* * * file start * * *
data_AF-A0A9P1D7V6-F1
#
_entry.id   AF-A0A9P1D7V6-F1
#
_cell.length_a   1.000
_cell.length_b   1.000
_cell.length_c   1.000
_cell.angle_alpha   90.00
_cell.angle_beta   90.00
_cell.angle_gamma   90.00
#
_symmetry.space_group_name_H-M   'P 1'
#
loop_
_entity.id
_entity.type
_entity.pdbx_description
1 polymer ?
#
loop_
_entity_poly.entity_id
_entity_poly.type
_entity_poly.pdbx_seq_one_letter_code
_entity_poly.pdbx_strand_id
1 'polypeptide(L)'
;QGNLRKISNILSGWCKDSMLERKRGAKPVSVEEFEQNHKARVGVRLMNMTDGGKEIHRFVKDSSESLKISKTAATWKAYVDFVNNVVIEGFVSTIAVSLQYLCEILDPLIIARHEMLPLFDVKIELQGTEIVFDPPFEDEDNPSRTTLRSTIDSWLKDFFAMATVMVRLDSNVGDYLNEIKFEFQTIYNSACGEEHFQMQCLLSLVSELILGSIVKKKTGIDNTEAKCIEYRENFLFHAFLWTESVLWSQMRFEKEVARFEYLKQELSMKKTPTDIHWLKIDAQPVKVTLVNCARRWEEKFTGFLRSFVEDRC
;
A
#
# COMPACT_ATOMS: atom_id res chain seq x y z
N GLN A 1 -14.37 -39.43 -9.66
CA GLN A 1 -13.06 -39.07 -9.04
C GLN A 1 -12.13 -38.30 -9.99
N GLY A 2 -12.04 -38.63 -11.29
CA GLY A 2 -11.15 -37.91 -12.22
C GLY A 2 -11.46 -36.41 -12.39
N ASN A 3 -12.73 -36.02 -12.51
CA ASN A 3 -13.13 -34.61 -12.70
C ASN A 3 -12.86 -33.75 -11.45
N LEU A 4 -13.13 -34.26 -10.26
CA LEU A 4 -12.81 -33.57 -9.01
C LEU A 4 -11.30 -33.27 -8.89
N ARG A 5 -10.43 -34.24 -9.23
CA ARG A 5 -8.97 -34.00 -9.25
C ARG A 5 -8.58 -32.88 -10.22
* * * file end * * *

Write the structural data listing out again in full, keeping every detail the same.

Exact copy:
data_AF-A0A9P1D7V6-F1
#
_entry.id   AF-A0A9P1D7V6-F1
#
_cell.length_a   1.000
_cell.length_b   1.000
_cell.length_c   1.000
_cell.angle_alpha   90.00
_cell.angle_beta   90.00
_cell.angle_gamma   90.00
#
_symmetry.space_group_name_H-M   'P 1'
#
loop_
_entity.id
_entity.type
_entity.pdbx_description
1 polymer ?
#
loop_
_entity_poly.entity_id
_entity_poly.type
_entity_poly.pdbx_seq_one_letter_code
_entity_poly.pdbx_strand_id
1 'polypeptide(L)'
;QGNLRKISNILSGWCKDSMLERKRGAKPVSVEEFEQNHKARVGVRLMNMTDGGKEIHRFVKDSSESLKISKTAATWKAYVDFVNNVVIEGFVSTIAVSLQYLCEILDPLIIARHEMLPLFDVKIELQGTEIVFDPPFEDEDNPSRTTLRSTIDSWLKDFFAMATVMVRLDSNVGDYLNEIKFEFQTIYNSACGEEHFQMQCLLSLVSELILGSIVKKKTGIDNTEAKCIEYRENFLFHAFLWTESVLWSQMRFEKEVARFEYLKQELSMKKTPTDIHWLKIDAQPVKVTLVNCARRWEEKFTGFLRSFVEDRC
;
A
#
# COMPACT_ATOMS: atom_id res chain seq x y z
N GLN A 1 -14.37 -39.43 -9.66
CA GLN A 1 -13.06 -39.07 -9.04
C GLN A 1 -12.13 -38.30 -9.99
N GLY A 2 -12.04 -38.63 -11.29
CA GLY A 2 -11.15 -37.91 -12.22
C GLY A 2 -11.46 -36.41 -12.39
N ASN A 3 -12.73 -36.02 -12.51
CA ASN A 3 -13.13 -34.61 -12.70
C ASN A 3 -12.86 -33.75 -11.45
N LEU A 4 -13.13 -34.26 -10.26
CA LEU A 4 -12.81 -33.57 -9.01
C LEU A 4 -11.30 -33.27 -8.89
N ARG A 5 -10.43 -34.24 -9.23
CA ARG A 5 -8.97 -34.00 -9.25
C ARG A 5 -8.58 -32.88 -10.22